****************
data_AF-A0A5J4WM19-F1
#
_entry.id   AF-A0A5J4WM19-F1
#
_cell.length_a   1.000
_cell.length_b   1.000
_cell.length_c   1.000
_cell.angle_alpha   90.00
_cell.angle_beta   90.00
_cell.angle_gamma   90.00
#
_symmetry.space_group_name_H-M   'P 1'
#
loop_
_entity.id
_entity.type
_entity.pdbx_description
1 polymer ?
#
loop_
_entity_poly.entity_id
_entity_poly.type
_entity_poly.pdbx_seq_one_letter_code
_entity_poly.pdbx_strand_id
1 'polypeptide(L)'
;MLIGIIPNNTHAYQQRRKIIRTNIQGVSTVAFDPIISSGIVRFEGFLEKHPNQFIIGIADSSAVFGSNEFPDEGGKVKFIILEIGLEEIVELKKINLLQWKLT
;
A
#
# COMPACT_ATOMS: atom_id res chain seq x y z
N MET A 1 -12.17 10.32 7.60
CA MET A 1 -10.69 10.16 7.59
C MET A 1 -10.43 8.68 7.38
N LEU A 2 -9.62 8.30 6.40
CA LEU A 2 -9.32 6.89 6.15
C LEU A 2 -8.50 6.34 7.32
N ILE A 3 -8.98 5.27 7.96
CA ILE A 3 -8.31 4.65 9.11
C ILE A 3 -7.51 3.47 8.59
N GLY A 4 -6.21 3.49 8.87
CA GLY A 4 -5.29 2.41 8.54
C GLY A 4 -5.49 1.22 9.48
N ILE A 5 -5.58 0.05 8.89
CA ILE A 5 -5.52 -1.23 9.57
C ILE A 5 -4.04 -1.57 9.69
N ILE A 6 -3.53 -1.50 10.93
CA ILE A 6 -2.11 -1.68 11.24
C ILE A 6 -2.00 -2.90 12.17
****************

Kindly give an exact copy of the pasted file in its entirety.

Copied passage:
data_AF-A0A5J4WM19-F1
#
_entry.id   AF-A0A5J4WM19-F1
#
_cell.length_a   1.000
_cell.length_b   1.000
_cell.length_c   1.000
_cell.angle_alpha   90.00
_cell.angle_beta   90.00
_cell.angle_gamma   90.00
#
_symmetry.space_group_name_H-M   'P 1'
#
loop_
_entity.id
_entity.type
_entity.pdbx_description
1 polymer ?
#
loop_
_entity_poly.entity_id
_entity_poly.type
_entity_poly.pdbx_seq_one_letter_code
_entity_poly.pdbx_strand_id
1 'polypeptide(L)'
;MLIGIIPNNTHAYQQRRKIIRTNIQGVSTVAFDPIISSGIVRFEGFLEKHPNQFIIGIADSSAVFGSNEFPDEGGKVKFIILEIGLEEIVELKKINLLQWKLT
;
A
#
# COMPACT_ATOMS: atom_id res chain seq x y z
N MET A 1 -12.17 10.32 7.60
CA MET A 1 -10.69 10.16 7.59
C MET A 1 -10.43 8.68 7.38
N LEU A 2 -9.62 8.30 6.40
CA LEU A 2 -9.32 6.89 6.15
C LEU A 2 -8.50 6.34 7.32
N ILE A 3 -8.98 5.27 7.96
CA ILE A 3 -8.31 4.65 9.11
C ILE A 3 -7.51 3.47 8.59
N GLY A 4 -6.21 3.49 8.87
CA GLY A 4 -5.29 2.41 8.54
C GLY A 4 -5.49 1.22 9.48
N ILE A 5 -5.58 0.05 8.89
CA ILE A 5 -5.52 -1.23 9.57
C ILE A 5 -4.04 -1.57 9.69
N ILE A 6 -3.53 -1.50 10.93
CA ILE A 6 -2.11 -1.68 11.24
C ILE A 6 -2.00 -2.90 12.17